“C’mon man, this is lame,”
Dalton scoffed. “I thought we were gonna
see a real pagan ceremony, complete with uninhibited nubiles—not some
performance art stunt with women’s studies majors.”
“Stick with me, bro,” Cole countered.
“I promise this will destroy
you, it’s so mind- blowing!”
Dalton crumpled his mouth in disgust. His
fraternity brother was
always exaggerating; everything the kid recommended had to be the most awesome
thing ever—whether movies, pop songs, restaurants, or girls. Now this: a
“mind-blowing” ritual by a coven of local self-proclaimed witches.
In the car on the way over, Cole described
these as women “black
magic babes,” wearing nothing under their robes, doing stripper-moves in a
circle dance around a cauldron in the backyard of the nearby vacant Episcopal
A cauldron. Black magic babes. After all
these years, Dalton
wondered why he was still so gullible when it came to his frat brother’s tall
tales. Maybe because Cole was a natural-born salesman; he did seem able to talk
anyone into just about anything. Like magic.
Now here he was, wasting a Saturday night
chasing some trashy
Hollywood B-movie fantasy of Cole’s. True, the women were in long black robes
here in the backyard of the rectory, but they were all just standing
around an absurdly large cauldron, drinking wine out of red plastic cups. There
was rhythmic chanting over drums softly playing on an old boom box. So corny,
Dalton thought. The women were talking intensely to each other, occasionally
laughing, but mostly ignoring the two men. It felt like a sorority rush party
Until one woman—the president of this
over and nodded to Cole. She held two cups in her hands, both filled with
something dark and fragrant with spices. Cold mulled wine? That’s weak,
Dalton mentally criticized. He was more in the mood for a beer; nevertheless,
he wouldn’t turn down a free
The young woman was not especially to Dalton’s
taste—she was a
skinny, bug-eyed brunette—but maybe after a few drinks . . . he put his faith
in the beer-goggles phenomenon. She handed Cole and Dalton the cups.
“Good to see you again, Cole.”
She smiled, and Dalton had to admit
she was pretty when she did that. But just a little.
“Promised I’d be back,”
Cole murmured as he raised the cup to his
“And you brought your friend.”
Here she looked Dalton up and down.
She licked her lips. “Drink up, boys.” She winked at Cole. “We’re about to
begin.” She turned and rejoined the other women.
“Well, she’s different,”
Dalton snorted. He was accustomed
to women throwing themselves at him. After all, he thought of himself as a
catch: star of the college baseball team, business major honor student,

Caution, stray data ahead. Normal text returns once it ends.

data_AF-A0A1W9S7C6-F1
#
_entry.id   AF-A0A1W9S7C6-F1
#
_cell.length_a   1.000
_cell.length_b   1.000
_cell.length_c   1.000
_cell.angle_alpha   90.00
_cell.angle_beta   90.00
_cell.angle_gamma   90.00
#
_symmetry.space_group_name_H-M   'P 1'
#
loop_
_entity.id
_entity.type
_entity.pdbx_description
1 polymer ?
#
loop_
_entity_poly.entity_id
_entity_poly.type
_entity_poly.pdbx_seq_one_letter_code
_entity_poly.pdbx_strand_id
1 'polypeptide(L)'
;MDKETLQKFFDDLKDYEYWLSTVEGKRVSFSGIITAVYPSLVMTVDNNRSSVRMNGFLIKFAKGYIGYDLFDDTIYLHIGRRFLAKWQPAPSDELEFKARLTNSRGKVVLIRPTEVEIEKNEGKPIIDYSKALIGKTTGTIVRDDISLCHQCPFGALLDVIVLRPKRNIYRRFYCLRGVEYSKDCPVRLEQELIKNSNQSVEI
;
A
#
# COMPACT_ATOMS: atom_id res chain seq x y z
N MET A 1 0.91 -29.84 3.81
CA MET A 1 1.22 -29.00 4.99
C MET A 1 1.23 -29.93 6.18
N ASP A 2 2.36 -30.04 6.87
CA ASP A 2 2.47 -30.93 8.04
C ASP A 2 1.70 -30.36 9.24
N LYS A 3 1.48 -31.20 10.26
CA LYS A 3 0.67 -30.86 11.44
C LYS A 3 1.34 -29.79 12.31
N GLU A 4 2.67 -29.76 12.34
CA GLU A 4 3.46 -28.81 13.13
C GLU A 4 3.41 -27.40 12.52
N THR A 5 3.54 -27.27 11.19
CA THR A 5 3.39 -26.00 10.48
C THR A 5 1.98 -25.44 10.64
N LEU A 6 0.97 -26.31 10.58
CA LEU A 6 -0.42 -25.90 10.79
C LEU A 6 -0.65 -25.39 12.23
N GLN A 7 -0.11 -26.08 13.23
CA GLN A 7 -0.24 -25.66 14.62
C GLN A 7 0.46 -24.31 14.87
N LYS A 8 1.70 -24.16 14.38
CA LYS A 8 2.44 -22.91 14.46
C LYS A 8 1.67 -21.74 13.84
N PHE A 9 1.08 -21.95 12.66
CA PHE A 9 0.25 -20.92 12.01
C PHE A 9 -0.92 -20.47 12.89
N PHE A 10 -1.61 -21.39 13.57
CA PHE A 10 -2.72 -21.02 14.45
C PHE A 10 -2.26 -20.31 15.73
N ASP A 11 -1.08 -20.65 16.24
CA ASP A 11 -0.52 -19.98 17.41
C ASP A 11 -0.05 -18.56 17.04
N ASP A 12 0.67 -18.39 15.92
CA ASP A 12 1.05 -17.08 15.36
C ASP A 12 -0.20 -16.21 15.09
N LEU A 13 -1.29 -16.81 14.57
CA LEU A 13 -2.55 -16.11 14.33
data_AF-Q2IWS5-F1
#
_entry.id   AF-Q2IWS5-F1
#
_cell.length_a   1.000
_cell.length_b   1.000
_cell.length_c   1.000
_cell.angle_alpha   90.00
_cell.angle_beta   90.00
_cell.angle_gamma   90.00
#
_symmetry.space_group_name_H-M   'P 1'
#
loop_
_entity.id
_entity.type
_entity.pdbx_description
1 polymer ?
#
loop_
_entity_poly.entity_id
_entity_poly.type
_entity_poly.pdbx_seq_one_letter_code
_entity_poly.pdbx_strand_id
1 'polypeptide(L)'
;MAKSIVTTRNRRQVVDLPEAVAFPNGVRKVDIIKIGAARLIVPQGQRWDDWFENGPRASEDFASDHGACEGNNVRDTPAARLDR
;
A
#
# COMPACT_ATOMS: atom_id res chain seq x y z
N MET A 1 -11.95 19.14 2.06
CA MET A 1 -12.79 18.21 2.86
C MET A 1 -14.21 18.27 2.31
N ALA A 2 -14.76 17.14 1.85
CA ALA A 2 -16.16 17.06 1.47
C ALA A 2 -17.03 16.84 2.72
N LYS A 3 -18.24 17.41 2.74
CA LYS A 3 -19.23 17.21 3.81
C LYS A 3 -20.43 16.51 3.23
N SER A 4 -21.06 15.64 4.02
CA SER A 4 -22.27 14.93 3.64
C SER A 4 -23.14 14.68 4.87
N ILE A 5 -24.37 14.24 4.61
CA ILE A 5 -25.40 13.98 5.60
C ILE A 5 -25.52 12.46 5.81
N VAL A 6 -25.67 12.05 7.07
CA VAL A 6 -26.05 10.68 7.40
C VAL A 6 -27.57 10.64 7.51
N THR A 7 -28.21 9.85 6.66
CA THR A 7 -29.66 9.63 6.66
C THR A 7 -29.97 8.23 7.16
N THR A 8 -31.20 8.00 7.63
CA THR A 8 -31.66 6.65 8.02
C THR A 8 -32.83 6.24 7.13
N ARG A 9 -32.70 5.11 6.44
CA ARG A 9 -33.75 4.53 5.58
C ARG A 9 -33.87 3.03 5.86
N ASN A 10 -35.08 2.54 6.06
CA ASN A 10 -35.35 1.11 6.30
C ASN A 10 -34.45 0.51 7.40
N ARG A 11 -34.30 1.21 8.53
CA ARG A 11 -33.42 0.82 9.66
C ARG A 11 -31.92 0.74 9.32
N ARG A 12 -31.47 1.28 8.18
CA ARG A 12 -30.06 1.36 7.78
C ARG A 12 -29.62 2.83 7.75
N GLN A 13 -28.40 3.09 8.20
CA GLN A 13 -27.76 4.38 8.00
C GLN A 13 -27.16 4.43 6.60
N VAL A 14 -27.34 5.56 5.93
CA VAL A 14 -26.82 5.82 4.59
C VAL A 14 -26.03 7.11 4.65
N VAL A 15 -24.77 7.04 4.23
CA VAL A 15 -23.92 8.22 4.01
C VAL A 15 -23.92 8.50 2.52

vice-president of his fraternity, Calvin Klein model handsome. Maybe she was
playing hard to get, maybe she . . . Dalton took a long drink from his red cup
and the light dawned. . . . preferred other women. Well now, Dalton said
to himself, I always did like a challenge.
One of the black-clad women knelt before
the huge iron cauldron and
clicked on a lighter. A flame whooshed under the cauldron. The president—that’s
how he now thought of the thin brunette—raised her hands up to the night sky,
and everyone in the backyard fell silent, right on cue.
“Vestal Progeny of the Abyss, are gathered
here tonight to
celebrate . . .” Dalton took another swig of his spicy drink, and her voice
faded. Or maybe the growing buzz in his head drowned her out. He looked into
his cup and saw a swirl of tiny skulls and slithering worms swimming in the red
wine. He’d been dosed! Wouldn’t be the first time some one slipped him a trip.
What the Hell. He giggled and drank more of the potion. Dalton leaned over to
tell Cole what was happening to him, but his friend had vanished.
He scanned the silent group for Cole, and
as he did, the women
dropped their robes, one by one. They were naked underneath, but they
weren’t human. Some had lizard bodies, some were birds, some were cats, some
were—trees. And there was Cole, moving into the center of the circle, next to
the cauldron, which was now full of some boiling, steaming, stinking liquid.
He was wearing a black robe, too. Would he
drop his as well, and
like the women, be something totally freaky underneath? Maybe he’d be a car, or
a baseball bat, or a shoe. Dalton laughed out loud at that thought. The
witches’ president was a tree, a willow, and she swayed and swished towards
him. She wrapped her weedy limbs around Dalton, and led him to the center of
the circle, to the cauldron.
With surprising strength, she lifted him
over her head. “Children
of the Void,” she intoned, “This night we welcome into our family—” here she
dropped Dalton into the scalding bath—“Brother Cole, a neophyte warlock of
truly unlimited potential. One who has proven himself by gifting us this prized
offering, this sacrifice to our Lord and Master.”
Dalton’s screams were quickly drowned
out by the sound of the
group’s almost deafening chanting, playing out over rhythmic drumming. Cole
approached the cauldron, and with an ancient, ornate ladle, began dipping into
the bubbling brew, ceremoniously filling the mouths of all present, one by one.
Hillary Lyon founded and for 20 years
acted as senior editor for the independent poetry publisher, Subsynchronous
Press. Her stories have appeared lately in 365tomorrows, Yellow Mama, Sirens
Call, Pandemic: Unleashed anthology, Whodunit crime anthology, Legends
of Night drabble series anthology, and Revelations drabble series
anthology. She’s also an illustrator for horror & pulp fiction magazines.